Five courses in human geography – with a difference – are on offer this semester at the University of Northern British Columbia. After years of advocacy by UNBC president George Iwama and months of careful preparation, the five upper-level courses are part of a pilot project in block teaching that got under way when students returned to campus after the Christmas break.
The students take one course at a time that’s concentrated into a two-and-half-week period, followed by a break of a few days before starting the next block course. The first block course, the third-year Geography of International Development, was running from Jan. 3 to Jan. 23.
The block approach was pioneered in Canada by Quest University, a private, not-for-profit undergraduate university in Squamish, B.C. Algoma University in Sault Ste. Marie, Ontario, considered a block plan in 2011, but decided against it.
At UNBC, the class meets every day for three hours, Monday through Friday. This makes it difficult for students to mix block courses with the traditional semester-long courses. “It’s all in or all out,” said Neil Hanlon, chair of the geography program and one of the professors teaching in the block program.
The pilot project needed a minimum of eight students but attracted a dozen. “There was a lot of interest but some students couldn’t clear a semester because they needed courses elsewhere that were only offered this semester,” said Dr. Hanlon. In the end, “we found a recruiting model that worked by pointing out that if a student wanted to do a minor in geography, it could be done in one semester.”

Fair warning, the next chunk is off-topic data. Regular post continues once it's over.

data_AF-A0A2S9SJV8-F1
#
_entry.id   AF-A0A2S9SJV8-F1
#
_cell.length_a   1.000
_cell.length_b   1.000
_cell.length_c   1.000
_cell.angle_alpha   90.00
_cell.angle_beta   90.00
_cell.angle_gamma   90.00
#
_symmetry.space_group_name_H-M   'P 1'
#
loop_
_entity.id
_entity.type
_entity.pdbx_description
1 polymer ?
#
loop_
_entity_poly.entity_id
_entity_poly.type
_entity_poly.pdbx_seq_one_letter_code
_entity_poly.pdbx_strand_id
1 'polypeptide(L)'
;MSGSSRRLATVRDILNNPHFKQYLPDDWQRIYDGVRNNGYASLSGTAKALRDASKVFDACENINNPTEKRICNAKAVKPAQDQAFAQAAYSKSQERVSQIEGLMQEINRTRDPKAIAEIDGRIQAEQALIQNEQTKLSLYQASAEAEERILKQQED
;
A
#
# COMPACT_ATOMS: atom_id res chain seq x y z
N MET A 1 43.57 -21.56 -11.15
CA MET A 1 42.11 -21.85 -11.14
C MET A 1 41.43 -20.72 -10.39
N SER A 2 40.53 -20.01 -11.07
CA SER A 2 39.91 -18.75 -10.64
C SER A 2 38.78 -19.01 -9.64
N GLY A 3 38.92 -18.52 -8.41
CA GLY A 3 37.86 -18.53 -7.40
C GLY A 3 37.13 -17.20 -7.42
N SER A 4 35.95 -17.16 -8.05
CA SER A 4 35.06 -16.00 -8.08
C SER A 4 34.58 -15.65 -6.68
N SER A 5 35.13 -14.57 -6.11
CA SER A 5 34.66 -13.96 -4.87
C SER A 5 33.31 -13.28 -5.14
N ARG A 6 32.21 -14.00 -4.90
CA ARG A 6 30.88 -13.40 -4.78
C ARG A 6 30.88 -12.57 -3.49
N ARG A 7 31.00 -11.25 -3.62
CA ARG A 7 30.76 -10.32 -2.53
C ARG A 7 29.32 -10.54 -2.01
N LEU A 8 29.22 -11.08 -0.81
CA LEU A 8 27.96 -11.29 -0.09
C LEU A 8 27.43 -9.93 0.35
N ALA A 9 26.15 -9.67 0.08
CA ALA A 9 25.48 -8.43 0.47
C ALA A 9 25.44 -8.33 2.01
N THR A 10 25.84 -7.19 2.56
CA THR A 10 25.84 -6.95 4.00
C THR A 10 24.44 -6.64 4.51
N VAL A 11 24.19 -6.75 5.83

A drawback to the block program is that if a student gets sick for a few days, he or she could miss a third or the course or more. That’s where technology comes in, said Dr. Hanlon, with the use of mandatory Skype accounts and Dropbox file sharing, for example.
Those teaching the pilot courses say they are excited because material remains fresh and focused in students’ minds, while the format allows for more creativity and use of experiential forms of learning, group projects and more discussion in the classroom. Students find there’s no slacking off, but say the format leads to a deeper understanding of the material. Plus there appears to be greater classroom engagement with other students and the professor.
One of the enthusiastic students taking the first course, self-confessed procrastinator Jed Zimmerman, said it’s a better way for him to learn because “there is no time to wait to finish readings and assignments. In some ways there is a self-discipline built into this course.”
Fellow student Richan Greenlees added: “The depth at which we are learning about issues is so profound that it seeps into your understanding and transforms the way you think about certain things. … I will walk away remembering more and having a greater understanding of the topics covered within the block courses.”
Another student, Amy Voell, said she wishes there were more courses using the block approach. “I am able to focus more on the material of one course. And, by having a closer relationship with the professor and fellow students, I feel I’m able to get a better understanding of all the information.”